Officials with the Texas A&M University system are looking to include the Texas A&M Health Science Center in Round Rock under the administration of the system’s flagship university in College Station.
The board of regents met Aug. 3 to authorize university President R. Bowen Loftin and Chancellor John Sharp to investigate the realignment. Details are now being considered by a strategic oversight committee led by Loftin and TAMHSC President Dr. Nancy Dickey.
“Leadership from both institutions are working with the Texas Higher Education Coordinating Board, Southern Association of Colleges and Schools and the applicable college-specific regulatory and accrediting bodies to ensure the necessary and proper steps are followed,” Dickey said.
If approved, the alignment would have no effect on the center’s programs or curriculum, Dickey said. Students would continue attending their first two years at the system’s colleges of medicine in College Station or Temple before finishing their degrees at centers like the one in Round Rock.
The only potential change would be the possibility of starting new programs as more funding and faculty become available, Dickey said.
“Bringing TAMHSC under the Texas A&M University umbrella will afford students at both institutions the opportunity to seamlessly participate in interdisciplinary programs that intersect human, animal, and plant science to more effectively prepare them for careers in the ever-evolving fields of life science and health care,” Dickey said in an Aug. 4 news release on the alignment considerations.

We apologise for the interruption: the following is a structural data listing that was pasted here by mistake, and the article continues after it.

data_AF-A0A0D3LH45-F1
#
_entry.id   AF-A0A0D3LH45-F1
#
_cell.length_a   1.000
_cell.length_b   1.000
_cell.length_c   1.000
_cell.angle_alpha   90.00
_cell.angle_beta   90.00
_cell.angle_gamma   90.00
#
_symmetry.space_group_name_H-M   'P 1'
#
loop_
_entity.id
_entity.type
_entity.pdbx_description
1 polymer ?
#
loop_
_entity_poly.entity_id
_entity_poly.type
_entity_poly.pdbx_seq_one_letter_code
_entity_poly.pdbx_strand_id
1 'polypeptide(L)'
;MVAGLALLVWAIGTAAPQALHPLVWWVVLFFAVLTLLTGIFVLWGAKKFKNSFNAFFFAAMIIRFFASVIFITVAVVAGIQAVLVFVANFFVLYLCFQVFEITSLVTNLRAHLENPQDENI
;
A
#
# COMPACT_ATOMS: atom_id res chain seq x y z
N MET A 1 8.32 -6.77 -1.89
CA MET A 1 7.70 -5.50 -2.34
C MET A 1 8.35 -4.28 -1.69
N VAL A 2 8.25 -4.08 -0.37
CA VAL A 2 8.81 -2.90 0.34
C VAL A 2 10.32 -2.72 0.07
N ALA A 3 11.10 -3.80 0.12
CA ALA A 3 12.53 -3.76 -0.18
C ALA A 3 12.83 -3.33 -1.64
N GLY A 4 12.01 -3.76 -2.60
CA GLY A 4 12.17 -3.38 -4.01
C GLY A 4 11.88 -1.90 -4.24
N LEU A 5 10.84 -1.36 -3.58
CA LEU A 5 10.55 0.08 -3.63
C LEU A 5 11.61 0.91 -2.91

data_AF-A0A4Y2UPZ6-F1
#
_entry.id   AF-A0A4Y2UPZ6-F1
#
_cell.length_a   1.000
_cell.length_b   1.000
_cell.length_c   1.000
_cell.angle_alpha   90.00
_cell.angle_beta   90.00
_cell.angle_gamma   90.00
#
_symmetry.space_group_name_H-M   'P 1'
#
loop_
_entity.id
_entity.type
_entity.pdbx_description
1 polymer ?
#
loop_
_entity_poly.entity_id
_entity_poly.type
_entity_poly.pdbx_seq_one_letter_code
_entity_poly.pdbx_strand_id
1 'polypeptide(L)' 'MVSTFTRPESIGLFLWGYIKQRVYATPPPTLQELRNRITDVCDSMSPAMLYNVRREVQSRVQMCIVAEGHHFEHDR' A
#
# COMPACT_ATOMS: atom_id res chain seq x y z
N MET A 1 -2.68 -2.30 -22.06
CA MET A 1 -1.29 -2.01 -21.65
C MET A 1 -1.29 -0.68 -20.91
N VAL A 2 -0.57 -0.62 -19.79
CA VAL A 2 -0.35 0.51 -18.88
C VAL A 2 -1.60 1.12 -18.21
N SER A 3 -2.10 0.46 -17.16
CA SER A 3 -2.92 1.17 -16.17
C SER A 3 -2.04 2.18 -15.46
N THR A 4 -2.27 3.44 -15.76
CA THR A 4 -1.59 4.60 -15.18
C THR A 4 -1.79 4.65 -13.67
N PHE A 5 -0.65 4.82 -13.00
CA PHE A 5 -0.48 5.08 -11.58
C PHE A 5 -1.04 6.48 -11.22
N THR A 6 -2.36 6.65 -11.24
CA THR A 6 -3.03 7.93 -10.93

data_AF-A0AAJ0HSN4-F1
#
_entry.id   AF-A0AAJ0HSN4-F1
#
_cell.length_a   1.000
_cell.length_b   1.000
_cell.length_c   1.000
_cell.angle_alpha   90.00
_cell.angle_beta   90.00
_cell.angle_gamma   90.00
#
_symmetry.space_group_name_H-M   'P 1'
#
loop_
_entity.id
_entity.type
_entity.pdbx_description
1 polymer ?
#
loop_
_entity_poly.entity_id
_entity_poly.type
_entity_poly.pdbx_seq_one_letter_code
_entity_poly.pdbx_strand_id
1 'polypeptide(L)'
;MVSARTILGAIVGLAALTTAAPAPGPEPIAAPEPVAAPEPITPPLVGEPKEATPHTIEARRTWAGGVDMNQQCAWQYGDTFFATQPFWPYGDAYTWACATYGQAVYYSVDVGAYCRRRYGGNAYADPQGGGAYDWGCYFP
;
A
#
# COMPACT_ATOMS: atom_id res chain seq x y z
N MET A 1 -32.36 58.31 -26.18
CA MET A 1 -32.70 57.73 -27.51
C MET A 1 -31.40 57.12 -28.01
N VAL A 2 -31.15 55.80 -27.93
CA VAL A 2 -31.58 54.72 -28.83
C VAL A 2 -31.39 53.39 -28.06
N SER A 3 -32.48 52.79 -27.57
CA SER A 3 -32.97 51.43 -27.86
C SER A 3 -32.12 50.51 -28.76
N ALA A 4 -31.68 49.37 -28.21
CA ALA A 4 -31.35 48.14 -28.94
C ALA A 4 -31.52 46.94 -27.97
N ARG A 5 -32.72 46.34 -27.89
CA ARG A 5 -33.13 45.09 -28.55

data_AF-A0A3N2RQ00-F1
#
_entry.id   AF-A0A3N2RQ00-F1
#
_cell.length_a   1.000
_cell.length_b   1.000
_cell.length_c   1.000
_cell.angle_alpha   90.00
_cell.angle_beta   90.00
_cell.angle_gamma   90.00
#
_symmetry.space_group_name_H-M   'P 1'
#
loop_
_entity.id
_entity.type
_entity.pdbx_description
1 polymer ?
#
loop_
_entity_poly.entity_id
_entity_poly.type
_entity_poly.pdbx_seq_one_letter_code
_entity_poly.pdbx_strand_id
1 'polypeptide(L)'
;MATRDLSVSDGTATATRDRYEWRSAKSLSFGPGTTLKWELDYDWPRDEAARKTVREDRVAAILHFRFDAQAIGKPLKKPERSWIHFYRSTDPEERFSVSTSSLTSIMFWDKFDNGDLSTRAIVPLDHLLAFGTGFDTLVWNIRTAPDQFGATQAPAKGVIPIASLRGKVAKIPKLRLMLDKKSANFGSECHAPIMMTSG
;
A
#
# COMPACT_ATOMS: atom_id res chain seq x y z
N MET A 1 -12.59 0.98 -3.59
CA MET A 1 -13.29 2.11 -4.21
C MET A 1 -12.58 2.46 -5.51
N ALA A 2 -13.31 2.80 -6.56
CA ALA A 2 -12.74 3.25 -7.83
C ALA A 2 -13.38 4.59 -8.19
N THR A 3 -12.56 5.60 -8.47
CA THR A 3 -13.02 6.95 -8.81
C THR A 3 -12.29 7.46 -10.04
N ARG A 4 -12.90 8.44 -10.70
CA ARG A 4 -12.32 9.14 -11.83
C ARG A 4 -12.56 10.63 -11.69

TAMHSC students would also receive Aggie rings when graduating.
“Students at the Texas A&M Health Science Center in Bryan/College Station have been attending classes, utilizing our campus services and participating in many campus activities prior to the merger. Now health professions students across all Texas A&M campuses will soon be able to receive an Aggie ring and other benefits afforded to the Texas A&M student body,” Loftin said in the release.
The alignment is seen as a move that would be mutually beneficial for the center and university.
“Ultimately, joining these two exemplary institutions will allow the state of Texas and its citizens to reap numerous benefits through increased scientific discoveries and an influx of highly trained, innovative professionals entering the state’s workforce,” Sharp said in the release.
Expanded faculty and research bases are just two of the advantages the merger could bring.
“Ultimately, this administrative realignment is being considered as a means of strengthening the teaching, research and service of both entities,” Dickey said. “It is the goal at Texas A&M to find a way forward that takes advantage of the best of both the Health Science Center and university worlds—flexibility, resourcefulness, nimbleness as well as collegial, collaborative innovation.”
No timeline has been set for a decision on the alignment, and an announcement either way will depend on approval from regulating and accreditation organizations, Dickey said.